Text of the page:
“We need each other.”
That’s the reason David Borden, 57, of Silver Spring gave when asked why he joined 8,000 people who participated in the Washington, D.C., area Vigil for Israel at the Adas Israel congregation Tuesday evening.
The sentiment was echoed by Eliav Benjamin, the deputy chief of mission at the Embassy of Israel in Washington, D.C., who invoked a sense of community in front of the thousands of attendees, in person and online.
“Hamas did not anticipate this would bring us all closer together,” he said, referring to the historic attack that Hamas, an Iran-backed terrorist organization, has waged on Israel, invading from the Gaza Strip and firing thousands of rockets into the region, according to news reports.
Adas Israel, located at 2850 Quebec St. NW in the Cleveland Park area of D.C., hosted the event alongside the Washington Hebrew congregation, in partnership with numerous other D.C.-area synagogues.
“There were 3,000 people there tonight, and this is all one big family,” CEO of The Jewish Federation of Greater Washington Gil Preuss told MoCo360.
The attendees could not all fit in the main sanctuary with some having to go to an overflow area in the basement to watch the livestream. Around 5,000 people watched the vigil from the livestream on Adas Israel’s website, according to Adas Israel’s Executive Director David Polonsky.
The Jewish Federation and the Jewish Community Relations Council of Greater Washington, both based in North Bethesda, sponsored the event.
Other sponsors include the Anti-Defamation League, American Jewish Committee, the Morningstar Foundation and Charles and Lynn Schusterman Family Philanthropies.
“I think it’s important to show support at a time like this and recognize what has happened,” Borden said. “I also am here to see what other people are saying, thinking and feeling.”
As of today, more than 1,100 Israelis have been killed, more than 3,000 wounded and over 150 are being held hostage in the war against Hamas, according to StandWithUs, an international, non-partisan education organization that supports Israel and fights antisemitism.
At least 22 Americans have been killed in Israel, according to the State Department Wednesday.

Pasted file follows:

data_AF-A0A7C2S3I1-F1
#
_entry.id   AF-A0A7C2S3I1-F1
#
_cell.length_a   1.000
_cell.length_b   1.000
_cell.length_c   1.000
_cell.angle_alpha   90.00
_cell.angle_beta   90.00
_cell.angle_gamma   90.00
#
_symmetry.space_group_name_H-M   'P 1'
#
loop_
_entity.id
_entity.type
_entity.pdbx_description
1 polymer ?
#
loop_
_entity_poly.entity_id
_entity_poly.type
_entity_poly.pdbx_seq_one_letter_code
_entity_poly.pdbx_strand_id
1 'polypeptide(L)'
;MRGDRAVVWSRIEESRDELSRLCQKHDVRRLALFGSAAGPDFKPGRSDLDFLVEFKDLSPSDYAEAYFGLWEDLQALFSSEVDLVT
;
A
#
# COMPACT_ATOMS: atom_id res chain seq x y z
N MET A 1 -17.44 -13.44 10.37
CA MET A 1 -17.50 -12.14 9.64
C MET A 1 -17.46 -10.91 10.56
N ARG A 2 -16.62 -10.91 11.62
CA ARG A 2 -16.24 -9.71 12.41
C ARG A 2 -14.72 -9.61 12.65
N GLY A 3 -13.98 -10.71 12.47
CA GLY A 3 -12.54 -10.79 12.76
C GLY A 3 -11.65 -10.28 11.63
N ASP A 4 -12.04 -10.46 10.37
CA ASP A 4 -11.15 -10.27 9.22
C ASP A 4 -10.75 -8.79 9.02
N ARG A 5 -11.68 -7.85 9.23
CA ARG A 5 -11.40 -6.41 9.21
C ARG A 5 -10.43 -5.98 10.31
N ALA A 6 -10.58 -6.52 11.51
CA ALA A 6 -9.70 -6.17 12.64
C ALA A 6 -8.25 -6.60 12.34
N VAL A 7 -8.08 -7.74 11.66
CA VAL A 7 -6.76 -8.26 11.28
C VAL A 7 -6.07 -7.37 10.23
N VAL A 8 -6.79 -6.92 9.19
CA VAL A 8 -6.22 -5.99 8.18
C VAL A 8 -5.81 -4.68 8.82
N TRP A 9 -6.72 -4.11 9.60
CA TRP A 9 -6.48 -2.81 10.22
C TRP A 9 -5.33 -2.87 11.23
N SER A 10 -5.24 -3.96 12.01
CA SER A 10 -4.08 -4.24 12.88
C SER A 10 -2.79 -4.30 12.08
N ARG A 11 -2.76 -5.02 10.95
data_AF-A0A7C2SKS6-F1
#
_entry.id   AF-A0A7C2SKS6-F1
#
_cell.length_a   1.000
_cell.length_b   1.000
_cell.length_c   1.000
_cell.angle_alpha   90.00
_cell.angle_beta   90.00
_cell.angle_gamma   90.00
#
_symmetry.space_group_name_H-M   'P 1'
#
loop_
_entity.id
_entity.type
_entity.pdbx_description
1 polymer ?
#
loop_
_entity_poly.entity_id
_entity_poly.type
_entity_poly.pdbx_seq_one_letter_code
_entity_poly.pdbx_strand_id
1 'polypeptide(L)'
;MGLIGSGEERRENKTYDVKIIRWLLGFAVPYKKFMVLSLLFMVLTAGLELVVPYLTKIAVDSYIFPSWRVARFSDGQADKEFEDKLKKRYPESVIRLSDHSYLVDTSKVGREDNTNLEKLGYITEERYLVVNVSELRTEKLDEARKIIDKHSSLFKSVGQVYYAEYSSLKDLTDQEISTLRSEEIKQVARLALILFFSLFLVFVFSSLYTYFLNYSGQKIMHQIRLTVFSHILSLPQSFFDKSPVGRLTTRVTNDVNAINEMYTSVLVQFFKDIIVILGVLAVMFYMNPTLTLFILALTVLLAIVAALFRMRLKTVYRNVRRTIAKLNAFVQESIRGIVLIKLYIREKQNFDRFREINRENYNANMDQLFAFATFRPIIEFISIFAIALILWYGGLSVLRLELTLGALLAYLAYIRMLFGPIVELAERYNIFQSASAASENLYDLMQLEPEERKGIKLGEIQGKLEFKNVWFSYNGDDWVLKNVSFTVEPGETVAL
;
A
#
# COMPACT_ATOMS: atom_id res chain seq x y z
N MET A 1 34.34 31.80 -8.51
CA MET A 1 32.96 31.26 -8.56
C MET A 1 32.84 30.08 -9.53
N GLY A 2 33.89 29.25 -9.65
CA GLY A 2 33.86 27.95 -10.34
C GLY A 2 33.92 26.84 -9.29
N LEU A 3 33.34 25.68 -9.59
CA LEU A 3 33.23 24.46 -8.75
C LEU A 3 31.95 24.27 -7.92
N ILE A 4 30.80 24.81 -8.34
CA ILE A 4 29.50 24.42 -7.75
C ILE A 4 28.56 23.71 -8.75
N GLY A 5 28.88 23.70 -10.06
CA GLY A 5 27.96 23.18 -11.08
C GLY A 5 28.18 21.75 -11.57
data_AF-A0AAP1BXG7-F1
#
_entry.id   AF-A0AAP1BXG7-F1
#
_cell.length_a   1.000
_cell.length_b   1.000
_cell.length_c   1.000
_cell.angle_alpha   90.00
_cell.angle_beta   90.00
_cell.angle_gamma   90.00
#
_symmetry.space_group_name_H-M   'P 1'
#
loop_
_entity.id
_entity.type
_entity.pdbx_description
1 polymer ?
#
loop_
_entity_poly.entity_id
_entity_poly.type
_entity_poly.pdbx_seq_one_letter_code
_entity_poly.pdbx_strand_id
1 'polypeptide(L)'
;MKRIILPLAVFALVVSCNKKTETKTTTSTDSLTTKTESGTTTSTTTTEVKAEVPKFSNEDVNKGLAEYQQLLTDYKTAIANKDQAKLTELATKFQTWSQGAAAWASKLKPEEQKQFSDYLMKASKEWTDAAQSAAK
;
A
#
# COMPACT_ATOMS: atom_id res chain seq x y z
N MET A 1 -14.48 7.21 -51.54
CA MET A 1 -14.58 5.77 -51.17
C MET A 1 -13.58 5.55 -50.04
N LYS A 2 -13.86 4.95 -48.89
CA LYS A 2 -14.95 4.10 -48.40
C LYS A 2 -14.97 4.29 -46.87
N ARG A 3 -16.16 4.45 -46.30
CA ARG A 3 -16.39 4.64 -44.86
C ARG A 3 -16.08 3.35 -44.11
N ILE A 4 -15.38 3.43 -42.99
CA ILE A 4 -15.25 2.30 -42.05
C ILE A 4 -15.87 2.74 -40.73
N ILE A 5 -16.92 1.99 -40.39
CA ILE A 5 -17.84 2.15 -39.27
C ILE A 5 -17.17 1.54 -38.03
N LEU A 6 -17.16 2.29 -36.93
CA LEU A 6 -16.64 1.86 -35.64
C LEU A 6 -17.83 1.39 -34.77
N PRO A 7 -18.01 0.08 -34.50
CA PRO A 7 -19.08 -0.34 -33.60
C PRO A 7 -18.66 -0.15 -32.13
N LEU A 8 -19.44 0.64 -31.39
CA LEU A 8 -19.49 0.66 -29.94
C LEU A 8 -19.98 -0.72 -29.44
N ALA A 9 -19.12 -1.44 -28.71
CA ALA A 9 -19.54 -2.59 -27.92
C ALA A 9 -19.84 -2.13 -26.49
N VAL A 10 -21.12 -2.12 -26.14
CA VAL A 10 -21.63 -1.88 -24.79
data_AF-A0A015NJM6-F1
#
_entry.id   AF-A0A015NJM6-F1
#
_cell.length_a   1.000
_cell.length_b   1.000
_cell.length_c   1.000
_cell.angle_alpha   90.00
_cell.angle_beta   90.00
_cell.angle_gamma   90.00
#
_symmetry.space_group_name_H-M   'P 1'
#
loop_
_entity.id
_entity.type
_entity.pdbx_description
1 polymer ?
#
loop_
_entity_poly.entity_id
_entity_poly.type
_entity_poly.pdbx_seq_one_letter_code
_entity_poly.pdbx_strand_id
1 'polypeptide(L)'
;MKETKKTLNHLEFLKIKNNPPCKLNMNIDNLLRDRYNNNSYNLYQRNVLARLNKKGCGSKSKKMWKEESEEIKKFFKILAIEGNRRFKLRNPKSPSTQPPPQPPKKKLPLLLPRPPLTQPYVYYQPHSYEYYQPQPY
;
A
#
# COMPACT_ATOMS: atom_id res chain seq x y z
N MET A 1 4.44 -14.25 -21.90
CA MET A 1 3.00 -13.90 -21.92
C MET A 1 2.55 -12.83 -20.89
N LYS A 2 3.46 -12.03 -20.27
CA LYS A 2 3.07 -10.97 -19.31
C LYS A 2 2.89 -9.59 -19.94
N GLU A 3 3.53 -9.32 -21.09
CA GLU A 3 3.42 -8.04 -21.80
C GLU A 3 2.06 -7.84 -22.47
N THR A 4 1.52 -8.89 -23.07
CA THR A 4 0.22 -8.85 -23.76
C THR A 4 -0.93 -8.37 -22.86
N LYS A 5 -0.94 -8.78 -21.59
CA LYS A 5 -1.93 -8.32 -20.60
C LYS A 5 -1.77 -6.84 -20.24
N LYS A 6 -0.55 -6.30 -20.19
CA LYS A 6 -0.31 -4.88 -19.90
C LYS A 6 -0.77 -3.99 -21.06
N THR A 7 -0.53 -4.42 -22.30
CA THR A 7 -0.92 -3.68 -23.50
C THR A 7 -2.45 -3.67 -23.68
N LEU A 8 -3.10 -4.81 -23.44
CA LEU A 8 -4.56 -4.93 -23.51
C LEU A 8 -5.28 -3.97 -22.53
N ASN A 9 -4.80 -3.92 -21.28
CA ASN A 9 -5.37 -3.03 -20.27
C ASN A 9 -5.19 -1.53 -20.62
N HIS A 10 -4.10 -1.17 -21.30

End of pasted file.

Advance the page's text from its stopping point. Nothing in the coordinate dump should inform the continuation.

“I’m heartbroken. I’m infuriated and frustrated and beyond sick to my stomach,” Preuss said. “How can this happen? How do we live in a world where people do this to one another? Every time I watch the news, I feel more pain.”
Before the vigil, people gathered outside the synagogue and connected with those around them in deep conversations.
There was a large police presence outside the synagogue providing security, with several Metropolitan Police officers and their squad cars surrounding the area.
Eden Drillings, 22, of Washington D.C., who is the director of special projects for the Embassy of Israel to the United States, is an Israeli-American dual citizen, and her father is in Israel, so she said this war has been especially taxing on her.
“It’s awful. I’ve been working 9 a.m. to midnight every night since it started, just trying to keep my head up high,” Drillings said before the vigil. “I’ve been crying countless times, but I’m trying to distract myself with work, trying to give back to the Israeli community in any way that I can.”
Wanda Jackson, 70, of Fort Washington in Prince George’s County said that even though she is Christian, and this war in Israel may not directly impact her, she felt it was important to be at the vigil showing her support.
“I think we are family. Different ideologies and different cultures don’t always have to separate us, split us, keep us indifferent and create certain prejudices. What about love?” Jackson said. “When a brother or sister is hurt, I think it impacts all of us.”
The vigil consisted of prayers and songs from clergy from various D.C. synagogues. There were also speeches by D.C. Mayor Muriel Bowser (D), leaders of Jewish organizations and the Israeli Embassy in the U.S.
“We stand together to emphatically reject terrorism in all its forms and to say with one voice that antisemitism has no place in our institutions, our country, our world, or our hearts,” Bowser said. “I want to reiterate what President [Joe] Biden has said: the world is indeed watching…and we will not turn away until there’s peace.”
As the vigil progressed, more and more people sitting in both the floor seats and balcony seats joined in with the prayers. At one point, the room filled with a deep chorus of voices singing “Am Yisrael Chai,” a prayer for Israel that means “the people in Israel live.”
After the vigil concluded, and attendees filed out, the front of the synagogue was illuminated in blue and white stripes with a dove holding an olive branch, in support of peace for Israel.
Community members can also attend “A Vigil of Jewish Unity & Solidarity with Israel” at 7:30 p.m. on Thursday at Congregation Har Shalom, located at 11510 Falls Road in Potomac. Many other synagogues in Montgomery County will be represented at the event as well.
If any attendees need babysitting for children ages 5-11 during the event, then they can register online on Har Shalom’s website.
The Jewish Federation also has its Israel Crisis Relief Fund, which people can continuously send donations.
The JCRC said there are many resources available. If people are seeking information about relatives or loved ones currently in Israel, they can contact the Israeli Consulate in New York at 917-756-8387 or 212-499-5321.
Also, if anyone needs emotional support and/or mental health services, they should call the Jewish Federation and JSSA’s J-CARING hotline at 703-J-CARING.
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